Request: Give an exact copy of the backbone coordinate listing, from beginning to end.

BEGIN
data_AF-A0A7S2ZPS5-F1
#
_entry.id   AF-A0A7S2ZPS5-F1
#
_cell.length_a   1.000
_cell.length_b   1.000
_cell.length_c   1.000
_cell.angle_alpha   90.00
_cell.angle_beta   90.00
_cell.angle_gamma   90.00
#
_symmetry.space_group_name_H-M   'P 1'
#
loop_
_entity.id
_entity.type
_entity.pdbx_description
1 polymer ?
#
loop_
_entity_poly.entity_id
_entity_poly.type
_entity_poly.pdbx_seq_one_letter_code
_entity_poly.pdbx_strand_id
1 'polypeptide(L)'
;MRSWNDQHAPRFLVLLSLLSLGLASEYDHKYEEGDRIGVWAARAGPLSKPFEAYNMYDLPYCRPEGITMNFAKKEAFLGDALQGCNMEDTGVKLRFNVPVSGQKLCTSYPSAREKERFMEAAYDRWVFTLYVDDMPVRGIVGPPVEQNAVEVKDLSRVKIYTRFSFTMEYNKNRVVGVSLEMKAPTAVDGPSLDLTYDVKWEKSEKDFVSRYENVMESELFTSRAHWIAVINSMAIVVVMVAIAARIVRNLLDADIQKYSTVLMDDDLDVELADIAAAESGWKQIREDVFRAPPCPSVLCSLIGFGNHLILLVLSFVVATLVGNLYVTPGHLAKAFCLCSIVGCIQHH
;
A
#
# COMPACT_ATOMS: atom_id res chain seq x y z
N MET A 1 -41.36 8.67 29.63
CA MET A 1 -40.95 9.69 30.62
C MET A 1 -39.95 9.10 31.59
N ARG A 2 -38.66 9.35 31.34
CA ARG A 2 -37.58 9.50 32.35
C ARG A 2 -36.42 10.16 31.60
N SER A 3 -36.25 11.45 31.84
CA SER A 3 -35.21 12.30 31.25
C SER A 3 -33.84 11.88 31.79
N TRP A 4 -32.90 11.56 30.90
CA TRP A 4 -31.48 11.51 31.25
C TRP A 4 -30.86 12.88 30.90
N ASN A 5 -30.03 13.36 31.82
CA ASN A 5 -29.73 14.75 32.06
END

data_AF-A0A7S2ZPS5-F1
#
_entry.id   AF-A0A7S2ZPS5-F1
#
_cell.length_a   1.000
_cell.length_b   1.000
_cell.length_c   1.000
_cell.angle_alpha   90.00
_cell.angle_beta   90.00
_cell.angle_gamma   90.00
#
_symmetry.space_group_name_H-M   'P 1'
#
loop_
_entity.id
_entity.type
_entity.pdbx_description
1 polymer ?
#
loop_
_entity_poly.entity_id
_entity_poly.type
_entity_poly.pdbx_seq_one_letter_code
_entity_poly.pdbx_strand_id
1 'polypeptide(L)'
;MRSWNDQHAPRFLVLLSLLSLGLASEYDHKYEEGDRIGVWAARAGPLSKPFEAYNMYDLPYCRPEGITMNFAKKEAFLGDALQGCNMEDTGVKLRFNVPVSGQKLCTSYPSAREKERFMEAAYDRWVFTLYVDDMPVRGIVGPPVEQNAVEVKDLSRVKIYTRFSFTMEYNKNRVVGVSLEMKAPTAVDGPSLDLTYDVKWEKSEKDFVSRYENVMESELFTSRAHWIAVINSMAIVVVMVAIAARIVRNLLDADIQKYSTVLMDDDLDVELADIAAAESGWKQIREDVFRAPPCPSVLCSLIGFGNHLILLVLSFVVATLVGNLYVTPGHLAKAFCLCSIVGCIQHH
;
A
#
# COMPACT_ATOMS: atom_id res chain seq x y z
N MET A 1 -41.36 8.67 29.63
CA MET A 1 -40.95 9.69 30.62
C MET A 1 -39.95 9.10 31.59
N ARG A 2 -38.66 9.35 31.34
CA ARG A 2 -37.58 9.50 32.35
C ARG A 2 -36.42 10.16 31.60
N SER A 3 -36.25 11.45 31.84
CA SER A 3 -35.21 12.30 31.25
C SER A 3 -33.84 11.88 31.79
N TRP A 4 -32.90 11.56 30.90
CA TRP A 4 -31.48 11.51 31.25
C TRP A 4 -30.86 12.88 30.90
N ASN A 5 -30.03 13.36 31.82
CA ASN A 5 -29.73 14.75 32.06